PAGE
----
Tuesday, June 11, 2019

Mint Imperial


"Is it still thundering and lightninging out there?", Alex Dingley asks those of us who've arrived at Clwb early in search of shelter and sanctuary. There is no such grand elemental drama contained within his short, idiosyncratic songs - though 'In The End', a match lit in the dark offering succour and solace to the downtrodden and downhearted, resonates on a more profound level than the others.

Alternating between guitar and keyboard, Dingley forgets the name of one song ('Not Alone In The Dark'), introduces another as being "about a bathroom visit from a ghost at 2am" ('She Just Came By To Say Hello') and explains that the scenario in 'If I Asked You To Dance' takes him back to the indie disco upstairs in the late, lamented Dempseys, a mere stone's throw away.

Most recent album Beat The Babble was recorded with his friend Cate Le Bon and her collaborator Tim Presley in California and only received a belated UK release last year - credit to the Libertino imprint for amplifying a voice that is unique, both literally and metaphorically.

"Unique" is also the word - or one word, at least - to describe local mavericks Gindrinker, who never perform so much as confront. The duo kick off with alleged "pop hit" 'God Of Darts' and follow up with 'Y Chromosome', a song that DC Gates declares is "about men and how I hate them".

The frontman's personal shitlist is extensive, encompassing everything from Katie Hopkins to red trousers, Gourmet Burger Kitchen and the cooking lager on their rider. Placing a can of the offending beverage on the floor on our side of the monitors, he says: "If that's still there at the end, you have impeccable taste."

Still, when life gives Gindrinker lemons, they manage to make a potent lemonade punch - perhaps best illustrated by 'Transit', a hellish trek up the M6 to Barrow in the back of a van narrated by a dishevelled Odysseus who's accidentally sat on his crisps and is torn between playing Whitehouse or Kenny Loggins on the stereo.

Headliners Imperial Wax have their own ode to a memorable journey, 'Rammy Taxi Illuminati', a thrilling ten-minute-long beast about a conspiracy-theory-spouting cabbie that hits the road at turbocharged pace before grinding down the gears and settling into a sludgy groove. It's the centrepiece of their debut LP Gastwerk Saboteurs, recently released on US label Saustex Records on the recommendation of their pal Jeff Pinkus of Butthole Surfers and Melvins, and the high point of a rambunctious set.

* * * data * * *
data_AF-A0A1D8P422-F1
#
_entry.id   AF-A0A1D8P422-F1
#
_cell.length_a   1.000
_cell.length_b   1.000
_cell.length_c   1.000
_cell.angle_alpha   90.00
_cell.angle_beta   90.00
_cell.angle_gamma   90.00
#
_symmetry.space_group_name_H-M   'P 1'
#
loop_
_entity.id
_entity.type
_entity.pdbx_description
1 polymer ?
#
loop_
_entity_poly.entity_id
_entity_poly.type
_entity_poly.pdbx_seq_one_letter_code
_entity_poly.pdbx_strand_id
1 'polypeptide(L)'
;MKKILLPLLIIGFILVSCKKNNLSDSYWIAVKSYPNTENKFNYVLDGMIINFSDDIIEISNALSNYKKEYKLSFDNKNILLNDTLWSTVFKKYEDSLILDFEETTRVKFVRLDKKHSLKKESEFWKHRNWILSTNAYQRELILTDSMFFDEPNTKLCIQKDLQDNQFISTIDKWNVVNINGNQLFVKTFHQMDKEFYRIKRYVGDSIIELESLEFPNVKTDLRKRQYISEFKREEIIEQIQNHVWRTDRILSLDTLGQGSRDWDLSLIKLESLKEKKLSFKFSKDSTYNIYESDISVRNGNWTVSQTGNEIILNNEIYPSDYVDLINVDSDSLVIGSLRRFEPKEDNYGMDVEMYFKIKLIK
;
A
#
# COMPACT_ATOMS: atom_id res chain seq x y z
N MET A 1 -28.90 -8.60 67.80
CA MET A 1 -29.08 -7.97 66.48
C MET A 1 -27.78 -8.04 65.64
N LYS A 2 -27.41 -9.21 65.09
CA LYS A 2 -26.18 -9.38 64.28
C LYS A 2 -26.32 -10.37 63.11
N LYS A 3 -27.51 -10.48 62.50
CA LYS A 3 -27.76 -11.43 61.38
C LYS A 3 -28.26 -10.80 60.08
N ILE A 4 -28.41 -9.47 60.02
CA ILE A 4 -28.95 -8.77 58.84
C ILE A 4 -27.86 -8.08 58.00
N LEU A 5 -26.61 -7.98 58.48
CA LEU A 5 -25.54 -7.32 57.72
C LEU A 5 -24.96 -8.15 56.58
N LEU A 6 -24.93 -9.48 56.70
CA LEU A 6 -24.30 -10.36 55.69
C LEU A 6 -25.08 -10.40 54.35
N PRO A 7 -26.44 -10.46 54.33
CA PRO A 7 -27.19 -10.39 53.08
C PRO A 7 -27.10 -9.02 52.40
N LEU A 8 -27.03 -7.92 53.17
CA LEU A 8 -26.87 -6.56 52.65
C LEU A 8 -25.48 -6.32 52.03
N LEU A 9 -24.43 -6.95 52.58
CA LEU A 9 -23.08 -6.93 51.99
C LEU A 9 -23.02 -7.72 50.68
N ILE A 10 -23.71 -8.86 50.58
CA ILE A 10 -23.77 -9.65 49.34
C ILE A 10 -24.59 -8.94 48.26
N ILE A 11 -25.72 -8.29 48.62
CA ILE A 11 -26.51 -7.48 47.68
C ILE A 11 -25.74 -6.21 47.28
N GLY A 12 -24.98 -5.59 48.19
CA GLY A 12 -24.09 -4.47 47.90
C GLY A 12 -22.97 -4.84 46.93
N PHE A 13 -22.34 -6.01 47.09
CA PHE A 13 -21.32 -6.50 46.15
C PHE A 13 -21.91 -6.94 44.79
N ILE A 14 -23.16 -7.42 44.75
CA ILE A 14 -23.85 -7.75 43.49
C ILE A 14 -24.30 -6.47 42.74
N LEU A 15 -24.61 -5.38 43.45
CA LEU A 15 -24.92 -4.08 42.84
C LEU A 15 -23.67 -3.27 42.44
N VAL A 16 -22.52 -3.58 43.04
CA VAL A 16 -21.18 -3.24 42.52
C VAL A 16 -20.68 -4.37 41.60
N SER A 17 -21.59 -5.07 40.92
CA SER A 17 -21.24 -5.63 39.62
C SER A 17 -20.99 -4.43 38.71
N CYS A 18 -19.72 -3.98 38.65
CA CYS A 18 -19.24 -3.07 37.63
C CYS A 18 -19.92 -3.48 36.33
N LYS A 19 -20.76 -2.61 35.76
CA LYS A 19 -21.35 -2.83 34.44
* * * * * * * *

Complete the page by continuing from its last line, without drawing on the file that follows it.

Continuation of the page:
Imperial Wax may be a new project, but the foursome are far from wet-behind-the-ears novices. Guitarist/vocalist Sam Curran is the veteran of numerous Leeds garage punk bands (imagine Brian Cox if he joined Oh Sees), while guitarist Pete Greenway, bassist Dave Spurr and drummer Keiron Melling were the tight, brutal backbone of The Fall for the last ten years of Mark E Smith's life, accustomed to ignoring the mercurial frontman's attempts at sabotage and hammering away at their instruments regardless.

Perhaps surprisingly, it's Curran's influence that can be heard most clearly on Gastwerk Saboteurs, a record that reminds me of The Icarus Line's underrated 2004 masterpiece Penance Soiree in the way that it captures and celebrates the unrulier, noisier elements of US rock in all its various hues. Album opener 'The Art Of Projection' and 'Barely Getting By', a mantra made for screaming, are among the best songs that 2019 has had to offer so far, while 'Plant The Seed' barrels along with Crampsian shake, rattle and roll.

Curran is at the heart of the chaos, pushing plugs of paper into his ears and adjusting his errant mic stand with his mouth before swiping it to the floor in frustration with the neck of his guitar, but he takes a step back for the two Fall covers that close the evening. Greenway performs vocal duties for 'Cowboy George', while 'Auto Chip 2014-2016' features a punter making unintelligible noises into the mic, foot on the monitor, refusing to relinquish his spot in the limelight. Somewhere, Smith is raising a glass and smiling.

(An edited version of this review appeared on the Buzz website.)

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